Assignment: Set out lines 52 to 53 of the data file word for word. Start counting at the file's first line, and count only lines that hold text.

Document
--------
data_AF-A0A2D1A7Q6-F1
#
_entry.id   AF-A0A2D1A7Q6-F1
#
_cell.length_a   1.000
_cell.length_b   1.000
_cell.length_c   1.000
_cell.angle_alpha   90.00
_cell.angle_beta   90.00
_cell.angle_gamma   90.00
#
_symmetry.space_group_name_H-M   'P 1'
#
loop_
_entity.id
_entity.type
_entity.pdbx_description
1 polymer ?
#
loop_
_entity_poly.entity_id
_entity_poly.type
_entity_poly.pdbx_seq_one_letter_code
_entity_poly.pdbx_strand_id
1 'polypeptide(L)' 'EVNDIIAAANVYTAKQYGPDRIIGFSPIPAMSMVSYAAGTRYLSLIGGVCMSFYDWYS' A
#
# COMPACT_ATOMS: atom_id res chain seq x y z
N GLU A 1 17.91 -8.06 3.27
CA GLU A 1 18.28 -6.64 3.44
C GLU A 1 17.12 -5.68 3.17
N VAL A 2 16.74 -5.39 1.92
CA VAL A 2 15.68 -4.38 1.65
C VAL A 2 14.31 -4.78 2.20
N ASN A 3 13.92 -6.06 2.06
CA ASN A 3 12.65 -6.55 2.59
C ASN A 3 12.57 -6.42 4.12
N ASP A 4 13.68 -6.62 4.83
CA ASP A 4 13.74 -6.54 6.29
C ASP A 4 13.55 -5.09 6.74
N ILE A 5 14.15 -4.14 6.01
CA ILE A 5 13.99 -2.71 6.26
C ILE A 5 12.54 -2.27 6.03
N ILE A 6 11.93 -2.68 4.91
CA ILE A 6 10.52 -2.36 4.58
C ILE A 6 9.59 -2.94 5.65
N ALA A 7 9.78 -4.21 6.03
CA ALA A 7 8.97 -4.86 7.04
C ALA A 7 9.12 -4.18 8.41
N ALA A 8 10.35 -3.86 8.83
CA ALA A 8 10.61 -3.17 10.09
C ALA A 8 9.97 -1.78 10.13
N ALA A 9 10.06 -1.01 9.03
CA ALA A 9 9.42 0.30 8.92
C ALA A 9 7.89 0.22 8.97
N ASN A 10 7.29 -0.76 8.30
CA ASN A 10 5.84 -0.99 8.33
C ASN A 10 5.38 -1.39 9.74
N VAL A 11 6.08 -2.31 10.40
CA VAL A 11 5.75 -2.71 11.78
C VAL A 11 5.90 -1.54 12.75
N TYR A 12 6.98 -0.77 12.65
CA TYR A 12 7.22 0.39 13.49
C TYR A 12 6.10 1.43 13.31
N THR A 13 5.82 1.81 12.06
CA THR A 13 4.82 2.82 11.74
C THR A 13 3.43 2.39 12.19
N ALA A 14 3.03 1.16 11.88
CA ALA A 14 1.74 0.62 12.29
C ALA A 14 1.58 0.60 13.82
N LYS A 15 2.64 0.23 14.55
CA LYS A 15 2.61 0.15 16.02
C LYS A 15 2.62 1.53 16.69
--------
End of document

N ALA A 9 10.06 -1.01 9.03
CA ALA A 9 9.42 0.30 8.92